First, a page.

Tuesday, November 11, 2008
French macarons have been the bane of my existence for the past 3 weeks. I was determined to bake them successfully. They are such gorgeous little things... round domes with frilly feet and piped with a delicious cream. I baked several batches of chocolate, plain almond, vanilla, all failing in some way or another, such as no feet, too flat, cracked, etc. I probably went through 2-3 cartons of eggs. -_-
Finally, I succeeded! A beautiful batch of pumpkin macarons... I actually was inspired by the pumpkin bagels and pumpkin cream cheese at Noah's Bagels. I cheated and piped the pumpkin cream cheese into the macarons. It was divine!!! If you don't have access to pumpkin cream cheese schmear, feel free to use a cream cheese icing recipe and incorporate some pumpkin puree. The results should be similar.
I have to say, these were absolutely divine. I've only eaten macarons once, and I don't remember them being as good as these. There aren't too many pumpkin macarons out there, because pumpkin isn't a very French ingredient. However, the pumpkin is such an interesting, hearty taste that contrasts the sweetness of the macaron shell. Macaron shells are super sweet, and I tend to like them with a slightly bitter flavor (bittersweet chocolate) or a tangy filling (cream cheese filling). These would be perfect for Thanksgiving. In fact, I'll probably make them for Thanksgiving!! :)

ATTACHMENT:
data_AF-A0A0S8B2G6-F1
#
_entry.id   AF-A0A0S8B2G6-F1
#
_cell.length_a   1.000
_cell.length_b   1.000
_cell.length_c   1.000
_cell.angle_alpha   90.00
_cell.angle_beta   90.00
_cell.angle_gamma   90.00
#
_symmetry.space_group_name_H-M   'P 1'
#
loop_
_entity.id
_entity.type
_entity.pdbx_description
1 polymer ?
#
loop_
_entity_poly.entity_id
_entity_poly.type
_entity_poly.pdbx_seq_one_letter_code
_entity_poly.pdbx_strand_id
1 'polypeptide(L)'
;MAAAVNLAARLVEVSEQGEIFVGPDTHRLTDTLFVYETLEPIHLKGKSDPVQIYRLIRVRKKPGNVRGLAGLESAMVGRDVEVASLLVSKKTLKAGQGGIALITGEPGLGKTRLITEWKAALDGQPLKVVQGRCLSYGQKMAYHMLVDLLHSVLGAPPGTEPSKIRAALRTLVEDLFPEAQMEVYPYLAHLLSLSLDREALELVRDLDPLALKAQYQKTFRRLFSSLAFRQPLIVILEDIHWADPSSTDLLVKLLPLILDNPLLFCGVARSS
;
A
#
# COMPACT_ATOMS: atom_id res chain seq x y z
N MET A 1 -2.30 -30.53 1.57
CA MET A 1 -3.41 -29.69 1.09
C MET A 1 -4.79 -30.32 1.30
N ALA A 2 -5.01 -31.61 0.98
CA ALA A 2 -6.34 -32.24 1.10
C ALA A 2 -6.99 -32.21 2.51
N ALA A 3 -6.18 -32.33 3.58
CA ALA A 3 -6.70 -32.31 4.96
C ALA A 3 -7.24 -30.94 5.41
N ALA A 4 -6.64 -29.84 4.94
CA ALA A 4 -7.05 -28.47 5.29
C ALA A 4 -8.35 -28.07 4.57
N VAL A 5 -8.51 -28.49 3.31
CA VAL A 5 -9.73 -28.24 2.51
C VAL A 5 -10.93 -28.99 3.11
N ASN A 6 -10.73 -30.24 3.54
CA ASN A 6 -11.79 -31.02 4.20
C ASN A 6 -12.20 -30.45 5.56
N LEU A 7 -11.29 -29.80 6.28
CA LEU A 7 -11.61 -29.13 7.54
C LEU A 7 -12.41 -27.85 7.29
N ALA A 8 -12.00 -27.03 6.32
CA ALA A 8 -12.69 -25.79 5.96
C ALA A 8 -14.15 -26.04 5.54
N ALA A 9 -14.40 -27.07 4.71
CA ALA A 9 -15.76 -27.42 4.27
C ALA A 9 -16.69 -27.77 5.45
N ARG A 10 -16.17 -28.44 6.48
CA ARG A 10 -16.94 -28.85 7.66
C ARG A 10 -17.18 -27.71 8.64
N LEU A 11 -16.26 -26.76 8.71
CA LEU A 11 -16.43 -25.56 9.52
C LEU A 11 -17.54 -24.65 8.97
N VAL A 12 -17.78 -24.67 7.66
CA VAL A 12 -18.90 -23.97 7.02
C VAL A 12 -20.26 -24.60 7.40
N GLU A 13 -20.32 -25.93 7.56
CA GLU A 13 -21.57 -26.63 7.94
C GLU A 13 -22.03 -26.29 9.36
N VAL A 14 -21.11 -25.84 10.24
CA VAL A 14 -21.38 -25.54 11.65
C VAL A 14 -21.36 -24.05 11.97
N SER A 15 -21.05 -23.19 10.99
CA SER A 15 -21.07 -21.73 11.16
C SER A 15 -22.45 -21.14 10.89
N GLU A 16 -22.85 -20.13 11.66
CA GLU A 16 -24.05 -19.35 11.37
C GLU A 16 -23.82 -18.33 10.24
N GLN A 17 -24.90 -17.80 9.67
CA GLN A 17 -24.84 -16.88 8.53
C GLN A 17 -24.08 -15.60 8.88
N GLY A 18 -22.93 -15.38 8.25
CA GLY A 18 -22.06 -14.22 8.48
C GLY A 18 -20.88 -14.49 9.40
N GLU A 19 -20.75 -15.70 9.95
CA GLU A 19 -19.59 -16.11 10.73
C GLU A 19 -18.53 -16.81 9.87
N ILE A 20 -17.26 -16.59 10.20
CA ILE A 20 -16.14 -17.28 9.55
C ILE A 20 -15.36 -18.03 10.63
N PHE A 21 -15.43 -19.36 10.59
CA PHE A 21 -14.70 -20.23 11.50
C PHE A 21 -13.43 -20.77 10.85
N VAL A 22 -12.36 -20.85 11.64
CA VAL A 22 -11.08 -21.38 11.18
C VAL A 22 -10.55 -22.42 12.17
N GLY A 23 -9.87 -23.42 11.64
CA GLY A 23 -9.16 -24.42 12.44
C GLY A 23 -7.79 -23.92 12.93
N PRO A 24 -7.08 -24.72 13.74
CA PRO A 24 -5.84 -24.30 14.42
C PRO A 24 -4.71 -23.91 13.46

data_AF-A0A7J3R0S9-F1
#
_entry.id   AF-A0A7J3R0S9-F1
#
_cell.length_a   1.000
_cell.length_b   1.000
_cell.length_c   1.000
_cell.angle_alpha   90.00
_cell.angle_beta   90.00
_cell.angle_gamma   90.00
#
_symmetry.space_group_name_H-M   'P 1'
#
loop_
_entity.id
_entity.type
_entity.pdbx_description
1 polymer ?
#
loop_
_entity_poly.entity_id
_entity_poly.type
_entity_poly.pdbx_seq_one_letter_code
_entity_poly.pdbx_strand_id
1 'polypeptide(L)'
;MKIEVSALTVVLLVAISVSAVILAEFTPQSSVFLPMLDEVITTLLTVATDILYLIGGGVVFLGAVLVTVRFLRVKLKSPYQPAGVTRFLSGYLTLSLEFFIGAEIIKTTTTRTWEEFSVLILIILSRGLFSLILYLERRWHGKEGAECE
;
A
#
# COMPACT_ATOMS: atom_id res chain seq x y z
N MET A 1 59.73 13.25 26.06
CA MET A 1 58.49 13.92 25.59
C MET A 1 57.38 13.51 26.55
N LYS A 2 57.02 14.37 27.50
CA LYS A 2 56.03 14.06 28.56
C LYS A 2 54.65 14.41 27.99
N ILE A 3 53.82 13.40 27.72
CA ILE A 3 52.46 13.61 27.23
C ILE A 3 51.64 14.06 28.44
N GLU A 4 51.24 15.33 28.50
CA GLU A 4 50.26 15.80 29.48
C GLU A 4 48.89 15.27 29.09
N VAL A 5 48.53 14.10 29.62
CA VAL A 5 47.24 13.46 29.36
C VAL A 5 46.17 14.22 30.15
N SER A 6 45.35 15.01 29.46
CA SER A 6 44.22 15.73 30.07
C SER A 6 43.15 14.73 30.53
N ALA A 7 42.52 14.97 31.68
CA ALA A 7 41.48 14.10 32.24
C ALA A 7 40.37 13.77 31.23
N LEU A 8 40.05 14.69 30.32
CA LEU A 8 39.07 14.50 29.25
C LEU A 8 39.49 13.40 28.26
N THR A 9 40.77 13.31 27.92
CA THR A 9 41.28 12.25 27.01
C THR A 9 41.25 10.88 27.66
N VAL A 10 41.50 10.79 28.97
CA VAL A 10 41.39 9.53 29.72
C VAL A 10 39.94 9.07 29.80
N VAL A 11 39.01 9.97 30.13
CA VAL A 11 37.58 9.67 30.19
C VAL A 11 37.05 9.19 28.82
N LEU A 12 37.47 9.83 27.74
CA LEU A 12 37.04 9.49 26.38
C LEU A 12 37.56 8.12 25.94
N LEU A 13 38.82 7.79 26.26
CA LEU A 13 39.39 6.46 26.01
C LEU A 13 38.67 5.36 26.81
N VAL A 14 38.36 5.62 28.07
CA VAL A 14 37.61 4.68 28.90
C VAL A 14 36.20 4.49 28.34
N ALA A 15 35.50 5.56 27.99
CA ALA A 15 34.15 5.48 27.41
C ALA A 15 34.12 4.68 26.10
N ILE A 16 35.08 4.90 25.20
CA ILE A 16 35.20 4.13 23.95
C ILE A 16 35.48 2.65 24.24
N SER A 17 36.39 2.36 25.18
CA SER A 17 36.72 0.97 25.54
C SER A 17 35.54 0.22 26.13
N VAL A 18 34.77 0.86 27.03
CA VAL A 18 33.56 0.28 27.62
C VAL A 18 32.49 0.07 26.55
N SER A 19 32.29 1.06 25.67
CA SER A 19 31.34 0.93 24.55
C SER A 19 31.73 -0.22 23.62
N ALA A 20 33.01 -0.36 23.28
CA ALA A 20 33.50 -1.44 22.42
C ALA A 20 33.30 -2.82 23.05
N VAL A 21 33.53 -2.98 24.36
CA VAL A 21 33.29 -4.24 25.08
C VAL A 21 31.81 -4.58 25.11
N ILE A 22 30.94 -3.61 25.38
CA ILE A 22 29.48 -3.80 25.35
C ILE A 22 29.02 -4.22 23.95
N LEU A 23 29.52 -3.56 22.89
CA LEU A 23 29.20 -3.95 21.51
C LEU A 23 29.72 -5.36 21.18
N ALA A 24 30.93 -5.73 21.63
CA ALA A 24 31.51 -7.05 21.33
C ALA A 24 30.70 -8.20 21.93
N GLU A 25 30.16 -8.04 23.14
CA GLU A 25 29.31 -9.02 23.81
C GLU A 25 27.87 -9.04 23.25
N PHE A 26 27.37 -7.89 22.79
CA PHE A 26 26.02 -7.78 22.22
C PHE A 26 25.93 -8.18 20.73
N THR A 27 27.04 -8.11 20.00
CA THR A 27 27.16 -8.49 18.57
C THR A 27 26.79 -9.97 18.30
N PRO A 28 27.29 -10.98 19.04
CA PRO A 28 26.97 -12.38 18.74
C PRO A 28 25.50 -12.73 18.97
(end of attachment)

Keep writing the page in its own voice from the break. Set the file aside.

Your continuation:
I think the most important thing I learned is how much to fold and to age the egg whites. The common advice for folding is to get to the "flows like magma" stage. Unfortunately, this isn't a very informative phrase unless one has actually seen magma (practically nobody!) I think a more helpful tip would be to fold as little as possible. Underfolding is always better than overfolding. When piped, perfect macaron shells should be round and the tops should flatten themselves. It's okay if theres a little peak though, which would indicate the batter is underfolded. But at least they'll probably have feet. Also, another helpful tip is to leave out the piped shells for about an hour, so that they form a skin.
-1 1/4 cup confectioner's sugar
-1 cup almond flour
-5 tablespoons granulated sugar
-3 egg whites, aged for 1-2 days at room temperature, covered
-1 tablespoon pumpkin spice or cinnamon
1. Sift confectioner's sugar and almond flour into a large bowl. Discard any large chunks.
2. Add in pumpkin spice. Mix until well incorporated.
2. In another large bowl, whip egg whites with an electric mixer until foamy. Add in granulated sugar and whip on medium until soft peaks form.
3. Sift 1/3 of the confectioner's sugar/almond flour mixture into the whipped egg whites. With a large spatula, fold by cutting the spatula down the middle of the mixture and turning when meeting the bowl until mostly combined. Repeat until all is incorporated. Do not overfold.
4. Line a baking sheet with parchment paper. With a plain tip, pipe 1-2 inch rounds about 2 inches apart from each other. Leave outside for one hour to allow skins to form.
5. Bake at 325 degrees F for about 10-12 minutes.
6. Allow to cool slightly, then peel parchment paper away from macarons. If they are difficult to remove, wet the bottom of the parchment paper with a few drops water.
7. When cool, pipe with cream cheese frosting and sandwich together. Serve or store in an airtight container.